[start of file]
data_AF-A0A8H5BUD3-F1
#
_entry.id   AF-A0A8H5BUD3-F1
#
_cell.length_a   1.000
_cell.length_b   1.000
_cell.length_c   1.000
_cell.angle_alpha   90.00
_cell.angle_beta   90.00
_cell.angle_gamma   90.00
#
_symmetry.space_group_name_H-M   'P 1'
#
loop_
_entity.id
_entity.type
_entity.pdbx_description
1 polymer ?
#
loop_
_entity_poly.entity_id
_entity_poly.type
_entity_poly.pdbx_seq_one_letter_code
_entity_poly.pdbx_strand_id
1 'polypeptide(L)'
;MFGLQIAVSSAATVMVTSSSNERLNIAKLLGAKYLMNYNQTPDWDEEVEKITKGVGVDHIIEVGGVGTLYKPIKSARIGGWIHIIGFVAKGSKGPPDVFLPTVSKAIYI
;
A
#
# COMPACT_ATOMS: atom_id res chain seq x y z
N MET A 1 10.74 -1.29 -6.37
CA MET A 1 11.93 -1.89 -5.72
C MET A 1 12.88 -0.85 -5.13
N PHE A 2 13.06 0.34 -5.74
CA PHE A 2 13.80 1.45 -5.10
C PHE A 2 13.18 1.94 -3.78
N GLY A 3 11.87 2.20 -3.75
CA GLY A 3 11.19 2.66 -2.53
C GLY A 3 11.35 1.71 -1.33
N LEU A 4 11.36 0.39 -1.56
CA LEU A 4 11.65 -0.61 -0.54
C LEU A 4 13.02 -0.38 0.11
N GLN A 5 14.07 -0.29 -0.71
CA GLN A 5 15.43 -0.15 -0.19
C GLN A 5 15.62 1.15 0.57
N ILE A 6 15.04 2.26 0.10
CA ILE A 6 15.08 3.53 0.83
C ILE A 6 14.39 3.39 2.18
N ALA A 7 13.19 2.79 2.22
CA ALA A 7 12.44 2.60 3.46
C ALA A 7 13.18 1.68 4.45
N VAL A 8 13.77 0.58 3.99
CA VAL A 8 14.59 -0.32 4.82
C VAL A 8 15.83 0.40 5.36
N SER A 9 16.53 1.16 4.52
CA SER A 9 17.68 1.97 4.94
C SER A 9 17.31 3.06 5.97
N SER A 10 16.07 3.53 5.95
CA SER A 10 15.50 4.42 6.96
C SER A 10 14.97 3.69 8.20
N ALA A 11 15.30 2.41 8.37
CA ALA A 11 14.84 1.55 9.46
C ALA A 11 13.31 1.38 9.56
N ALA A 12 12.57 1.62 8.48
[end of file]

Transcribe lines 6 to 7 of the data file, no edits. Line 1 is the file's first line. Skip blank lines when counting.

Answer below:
_cell.length_b   1.000
_cell.length_c   1.000